After a few weeks, Rush became convinced that the bleeding and purging simply hadn’t been aggressive enough. He began administering large amounts of mercury as a purgative—doses criticized by some of his colleagues as “murderous” and fit only for a horse. If the other doctors had also known that mercury was toxic even at lower doses, no doubt the criticism would have been even more severe. Rush also advocated drawing four-fifths of a patient’s blood. Because, like other doctors, Rush believed that the human body contained more than twice as much blood as it actually does, that amounted to far more blood than his already-weakened patients had in the first place. Many of his patients died, and some blamed Rush’s “cure.” But it wasn’t clear that other approaches were working any better, and somehow, enough people managed to recover to give Rush and many others confidence in his methods.
Given the ineffectiveness—or downright harmfulness—of most 18th-century medicine, that people turned to folk remedies is understandable. In an attempt to purify the supposedly noxious air, residents lit bonfires and shot off guns—a clear danger in a hot and crowded city, and discouraged by doctors. But the governor of Pennsylvania himself took things a step further, ordering a small cannon to be hauled through the streets, stopping every few yards to fire.
While today people in hot spots like New York City try to defy mandates to “shelter in place,” the “bad air” theory of disease led Philadelphia doctors to advise fleeing the area. Everyone who could afford to escape tried to do so, clogging roads and overburdening the modest inns that were often travelers’ only options. Before the end of the fever, nearly 20,000 had left. The many abandoned houses led to a problem we don’t see today, at least not yet: looting. On the other hand, the economic effects were similar. One resident who stayed in the city reported in September that “business of every kind is stopped, and provisions double price.”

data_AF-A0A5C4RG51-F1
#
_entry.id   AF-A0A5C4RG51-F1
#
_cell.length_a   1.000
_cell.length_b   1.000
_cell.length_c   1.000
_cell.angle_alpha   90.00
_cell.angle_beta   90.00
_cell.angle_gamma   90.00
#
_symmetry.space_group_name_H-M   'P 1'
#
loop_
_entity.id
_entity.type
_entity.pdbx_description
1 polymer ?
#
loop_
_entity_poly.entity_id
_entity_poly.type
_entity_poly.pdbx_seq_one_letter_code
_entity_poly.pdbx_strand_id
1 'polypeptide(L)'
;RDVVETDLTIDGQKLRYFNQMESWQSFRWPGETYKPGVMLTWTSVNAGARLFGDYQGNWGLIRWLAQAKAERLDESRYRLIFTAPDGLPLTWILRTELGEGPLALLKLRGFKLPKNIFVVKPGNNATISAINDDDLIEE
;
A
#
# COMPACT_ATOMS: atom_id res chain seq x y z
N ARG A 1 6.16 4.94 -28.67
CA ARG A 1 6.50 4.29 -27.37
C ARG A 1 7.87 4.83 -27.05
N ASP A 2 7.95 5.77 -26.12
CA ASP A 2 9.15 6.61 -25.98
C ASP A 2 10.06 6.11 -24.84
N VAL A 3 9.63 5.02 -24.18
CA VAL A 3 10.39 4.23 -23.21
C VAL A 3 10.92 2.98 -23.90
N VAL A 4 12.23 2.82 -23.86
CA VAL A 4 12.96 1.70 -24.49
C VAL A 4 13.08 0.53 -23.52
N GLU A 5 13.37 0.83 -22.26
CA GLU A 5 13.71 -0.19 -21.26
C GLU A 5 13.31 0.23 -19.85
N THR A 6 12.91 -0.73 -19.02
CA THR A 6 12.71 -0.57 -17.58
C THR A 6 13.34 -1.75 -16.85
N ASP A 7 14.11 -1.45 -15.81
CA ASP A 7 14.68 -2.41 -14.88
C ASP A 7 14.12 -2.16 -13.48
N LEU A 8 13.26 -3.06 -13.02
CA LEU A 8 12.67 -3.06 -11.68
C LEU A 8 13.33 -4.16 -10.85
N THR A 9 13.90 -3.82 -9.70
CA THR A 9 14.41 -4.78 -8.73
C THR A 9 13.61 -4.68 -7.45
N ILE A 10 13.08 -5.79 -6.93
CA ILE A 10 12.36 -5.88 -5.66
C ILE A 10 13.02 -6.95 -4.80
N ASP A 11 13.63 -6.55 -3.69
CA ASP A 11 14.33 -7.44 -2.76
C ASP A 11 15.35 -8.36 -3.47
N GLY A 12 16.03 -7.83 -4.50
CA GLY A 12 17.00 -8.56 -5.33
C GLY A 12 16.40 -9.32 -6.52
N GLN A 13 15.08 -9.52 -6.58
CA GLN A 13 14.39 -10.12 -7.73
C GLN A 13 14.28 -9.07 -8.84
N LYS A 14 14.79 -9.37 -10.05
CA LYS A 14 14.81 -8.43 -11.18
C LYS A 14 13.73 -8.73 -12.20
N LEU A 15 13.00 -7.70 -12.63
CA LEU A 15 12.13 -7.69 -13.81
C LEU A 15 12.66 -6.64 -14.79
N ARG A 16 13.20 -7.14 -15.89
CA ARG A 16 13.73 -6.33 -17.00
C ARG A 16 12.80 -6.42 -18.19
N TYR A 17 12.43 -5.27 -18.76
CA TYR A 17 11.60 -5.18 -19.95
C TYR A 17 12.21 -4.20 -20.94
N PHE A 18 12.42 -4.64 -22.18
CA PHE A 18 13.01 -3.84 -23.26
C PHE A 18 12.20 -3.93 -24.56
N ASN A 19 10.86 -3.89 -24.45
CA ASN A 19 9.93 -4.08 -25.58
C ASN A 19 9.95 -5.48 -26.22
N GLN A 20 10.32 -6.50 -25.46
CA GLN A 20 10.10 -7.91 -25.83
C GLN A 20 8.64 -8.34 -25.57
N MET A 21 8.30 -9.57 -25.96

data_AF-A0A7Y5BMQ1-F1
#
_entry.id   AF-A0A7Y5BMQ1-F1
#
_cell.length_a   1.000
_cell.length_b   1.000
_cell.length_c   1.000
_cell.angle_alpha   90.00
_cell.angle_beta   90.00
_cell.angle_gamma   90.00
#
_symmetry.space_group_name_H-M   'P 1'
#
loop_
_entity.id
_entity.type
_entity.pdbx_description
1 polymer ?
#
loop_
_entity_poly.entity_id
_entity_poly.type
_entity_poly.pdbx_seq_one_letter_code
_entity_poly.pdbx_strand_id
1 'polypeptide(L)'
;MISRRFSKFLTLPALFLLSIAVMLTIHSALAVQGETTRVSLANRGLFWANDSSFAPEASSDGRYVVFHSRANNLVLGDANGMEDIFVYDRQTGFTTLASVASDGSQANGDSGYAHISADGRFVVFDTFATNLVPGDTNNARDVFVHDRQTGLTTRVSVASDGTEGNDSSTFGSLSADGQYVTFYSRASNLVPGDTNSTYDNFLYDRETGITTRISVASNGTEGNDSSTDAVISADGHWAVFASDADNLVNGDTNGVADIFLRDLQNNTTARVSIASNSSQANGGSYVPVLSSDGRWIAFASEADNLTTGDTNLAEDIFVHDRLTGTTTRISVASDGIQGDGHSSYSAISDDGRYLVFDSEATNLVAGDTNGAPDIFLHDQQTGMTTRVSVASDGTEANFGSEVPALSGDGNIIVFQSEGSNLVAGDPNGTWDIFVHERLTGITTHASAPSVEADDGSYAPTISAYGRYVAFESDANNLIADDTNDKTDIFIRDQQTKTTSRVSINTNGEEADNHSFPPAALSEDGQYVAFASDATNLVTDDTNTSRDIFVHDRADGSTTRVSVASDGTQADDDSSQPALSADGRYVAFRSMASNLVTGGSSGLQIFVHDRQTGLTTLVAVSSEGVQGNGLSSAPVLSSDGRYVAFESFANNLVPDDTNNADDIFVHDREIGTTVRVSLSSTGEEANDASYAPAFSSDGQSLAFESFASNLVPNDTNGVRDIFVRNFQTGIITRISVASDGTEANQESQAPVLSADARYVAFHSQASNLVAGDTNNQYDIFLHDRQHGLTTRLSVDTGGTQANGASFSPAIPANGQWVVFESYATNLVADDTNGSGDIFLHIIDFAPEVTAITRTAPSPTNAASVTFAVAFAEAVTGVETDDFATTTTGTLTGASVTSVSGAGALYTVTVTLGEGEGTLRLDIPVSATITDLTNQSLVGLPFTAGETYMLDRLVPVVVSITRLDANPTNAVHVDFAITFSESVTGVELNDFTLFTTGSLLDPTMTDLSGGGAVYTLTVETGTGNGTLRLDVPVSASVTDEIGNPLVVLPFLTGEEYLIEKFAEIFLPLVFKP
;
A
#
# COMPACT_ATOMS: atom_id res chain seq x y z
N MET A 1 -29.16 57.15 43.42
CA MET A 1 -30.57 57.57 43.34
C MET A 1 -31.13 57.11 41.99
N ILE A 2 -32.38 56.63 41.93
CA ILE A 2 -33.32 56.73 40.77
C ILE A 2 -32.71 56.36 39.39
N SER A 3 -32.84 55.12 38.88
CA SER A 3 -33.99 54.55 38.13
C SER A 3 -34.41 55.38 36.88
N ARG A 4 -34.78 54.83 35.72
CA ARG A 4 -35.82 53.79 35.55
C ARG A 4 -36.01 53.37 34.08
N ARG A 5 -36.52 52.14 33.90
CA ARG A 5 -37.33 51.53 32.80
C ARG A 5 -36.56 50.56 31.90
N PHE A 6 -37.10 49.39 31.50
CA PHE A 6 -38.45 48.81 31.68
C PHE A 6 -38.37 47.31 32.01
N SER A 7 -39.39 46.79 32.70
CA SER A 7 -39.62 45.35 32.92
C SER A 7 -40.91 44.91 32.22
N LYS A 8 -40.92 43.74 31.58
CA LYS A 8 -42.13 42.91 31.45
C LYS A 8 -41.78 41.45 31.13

People also started to fear Philadelphians. Major Christian Piercy, a Philadelphia potter, fell ill in a stagecoach in New Jersey. The other passengers forced him out, and a local landowner would allow him only an empty log cabin—where Piercy died alone, almost immediately. As far away as Massachusetts, Governor John Hancock issued a travel ban, directing each town to examine “all Persons, with the Baggage, and other Effects, by Land or Water, coming from Philadelphia, or any other infected Place.” Postmasters used tongs to dip letters from Philadelphia into vinegar before opening them—the 18th-century equivalent of hand sanitizer. In the case of yellow fever, of course, these precautions were unnecessary. In places with no mosquitoes, there was no real danger of contagion.
Some myths are common to both the current pandemic and the epidemic of 1793—like the idea that African Americans are immune or less susceptible to the disease. Acting on that belief, Rush employed black people as nurses and gravediggers for yellow-fever victims. In the end, African American and white Philadelphians died in similar proportions. A less pernicious but equally persistent misconception is that garlic has protective powers. Rush reported that people in Philadelphia “chewed garlic constantly.” During the current pandemic, one woman in China needed hospital treatment for a severe sore throat after consuming one and a half kilograms of raw garlic.